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I have been in both situations:

  • Creating too many custom Exceptions
  • Using too many general Exception class

In both cases the project started OK but soon became an overhead to maintain (and refactor).

So what is the best practice regarding the creation of your own Exception classes?

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I recommend reading "Effective Java" chapter 9 as it covers these and other aspects related to exceptions. –  wagaboy Mar 29 '13 at 22:17
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7 Answers 7

up vote 5 down vote accepted

The Java Specialists wrote a post about Exceptions in Java, and in it they list a few "best practices" for creating Exceptions, summarized below:

  • Don't Write Own Exceptions (there are lots of useful Exceptions that are already part of the Java API)

  • Write Useful Exceptions (if you have to write your own Exceptions, make sure they provide useful information about the problem that occurred)

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My rule of thumb is when the client (the caller) might reasonably want to do something different, depending on the type of exception thrown, the additional exception types are warranted. More often than not, however, the extra exception types are not needed. For instance, if the caller is writing code like

try {
     doIt();
} catch (ExceptionType1 ex1) {
     // do something useful
} catch (ExceptionType2 ex2) {
     // do the exact same useful thing that was done in the block above
}

then clearly the additional exception types are not needed. All too often I see (or am forced to write) code like this because the code being called was overzealous in its creation of new exception types.

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Don't do what the developers at my company did. Somebody created an [sic] InvalidArguementException that parallels java.lang.IllegalArgumentException, and we now use it in (literally) hundreds of classes. Both indicate that a method has been passed an illegal or inappropriate argument. Talk about a waste...

Joshua Bloch covers this in Effective Java Programming Language Guide [my bible of first resort on Best Practices] Chapter 8. Exceptions Item 42: Favor the use of standard exceptions. Here's a bit of what he says,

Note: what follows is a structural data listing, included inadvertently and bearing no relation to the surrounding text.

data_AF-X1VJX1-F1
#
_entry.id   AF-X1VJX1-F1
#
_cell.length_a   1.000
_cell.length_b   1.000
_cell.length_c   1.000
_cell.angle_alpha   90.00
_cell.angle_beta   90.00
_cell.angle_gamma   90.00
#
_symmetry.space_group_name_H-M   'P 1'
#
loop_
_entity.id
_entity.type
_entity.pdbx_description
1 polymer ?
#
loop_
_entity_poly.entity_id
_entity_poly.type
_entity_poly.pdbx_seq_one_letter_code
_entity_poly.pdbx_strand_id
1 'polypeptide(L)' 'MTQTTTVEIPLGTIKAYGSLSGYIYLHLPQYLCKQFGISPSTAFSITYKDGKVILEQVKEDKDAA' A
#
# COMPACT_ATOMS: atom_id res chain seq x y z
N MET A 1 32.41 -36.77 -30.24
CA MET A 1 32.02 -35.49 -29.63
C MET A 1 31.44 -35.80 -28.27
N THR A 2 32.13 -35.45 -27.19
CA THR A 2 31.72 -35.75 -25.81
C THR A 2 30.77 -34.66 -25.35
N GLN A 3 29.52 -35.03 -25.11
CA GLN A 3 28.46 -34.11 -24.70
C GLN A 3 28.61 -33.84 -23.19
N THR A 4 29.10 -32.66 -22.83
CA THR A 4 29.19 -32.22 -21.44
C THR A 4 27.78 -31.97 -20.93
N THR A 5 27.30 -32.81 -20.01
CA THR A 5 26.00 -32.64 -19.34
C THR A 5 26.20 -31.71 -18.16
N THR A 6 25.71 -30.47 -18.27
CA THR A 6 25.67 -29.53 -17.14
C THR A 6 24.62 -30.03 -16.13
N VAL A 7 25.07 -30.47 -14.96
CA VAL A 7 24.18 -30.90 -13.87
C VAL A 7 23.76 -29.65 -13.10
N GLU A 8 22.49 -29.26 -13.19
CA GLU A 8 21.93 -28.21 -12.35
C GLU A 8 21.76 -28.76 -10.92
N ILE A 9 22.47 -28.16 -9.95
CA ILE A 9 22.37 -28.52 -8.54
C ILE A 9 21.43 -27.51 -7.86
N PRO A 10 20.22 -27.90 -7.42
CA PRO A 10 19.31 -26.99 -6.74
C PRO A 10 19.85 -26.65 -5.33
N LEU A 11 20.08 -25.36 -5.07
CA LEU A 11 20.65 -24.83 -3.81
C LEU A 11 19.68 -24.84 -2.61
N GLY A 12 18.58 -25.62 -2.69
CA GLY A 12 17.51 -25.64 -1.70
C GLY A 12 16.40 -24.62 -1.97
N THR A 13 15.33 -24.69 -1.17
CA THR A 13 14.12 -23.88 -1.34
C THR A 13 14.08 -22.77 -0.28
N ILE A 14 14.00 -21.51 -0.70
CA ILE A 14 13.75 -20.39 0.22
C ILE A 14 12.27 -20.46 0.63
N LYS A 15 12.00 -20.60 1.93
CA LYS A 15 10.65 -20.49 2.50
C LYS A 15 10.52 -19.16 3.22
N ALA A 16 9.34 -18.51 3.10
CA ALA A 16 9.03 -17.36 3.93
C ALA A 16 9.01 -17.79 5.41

Reusing preexisting exceptions has several benefits. Chief among these, it makes your API easier to learn and use because it matches established conventions with which programmers are already familiar [my emphasis, not Bloch's]. A close second is that programs using your API are easier to read because they aren't cluttered with unfamiliar exceptions. Finally, fewer exception classes mean a smaller memory footprint and less time spent loading classes.

The most commonly reused exception is IllegalArgumentException. This is generally the exception to throw when the caller passes in an argument whose value is inappropriate. For example, this would be the exception to throw if the caller passed a negative number in a parameter representing the number of times some action were to be repeated.

That said, you should never throw Exception itself. Java has a well-chosen, diverse and well-targeted bunch of built-in exceptions that cover most situations AND describe the exception that occurred well enough so that you can remedy the cause.

Be friendly to the programmers who have to maintain your code in the future.

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If I can't find an exception that has a name describing what type of error was caused then I make my own.

That's my rule-o-thumb.

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Basically, each job deserves an own exception. When you catch exceptions, you don't distinguish different instances, like you would normally do with objects, therefore you need different subtypes. Using too many custom exceptions is a case which I see hardly occurring.

One advice would be to create exceptions as needed, and if it becomes apparent that one exception type is a duplicate of another, refactor the code by merging the two. Of course it helps if some thought goes into structuring exceptions from the beginning. But generally, use custom exceptions for all cases that have no 1:1 correspondence to existing, situation-specific exceptions.

On the other hand, NullPointerExceptions and IndexOutofBoundsExceptions might actually often be appropriate. Don't catch these, though (except for logging) as they're a programming error which means that after throwing them, the program is in an undefined state.

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While creating your own exception:

  • All exceptions must be a child of the Throwable Class

  • If you want to write a checked exception that is automatically enforced by the Handle or Declare Rule, you need to extend the Exception Class

  • If you want to write a runtime execption, you need to extend the Runtime Exception Class.

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Welcome! And good job getting started on the site –  Full Decent Feb 15 at 21:56
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My own rule of thumb:

I never throw Exception, except in unit tests when what you throw is irrelevant and theres no reason to spend any extra time on it.

I create my own custom exception type for errors occuring in my custom business logic. This exception type is used as much as possible for recasting other exceptions, except in cases where it makes sense for the client to have visibility into what actually occurred.

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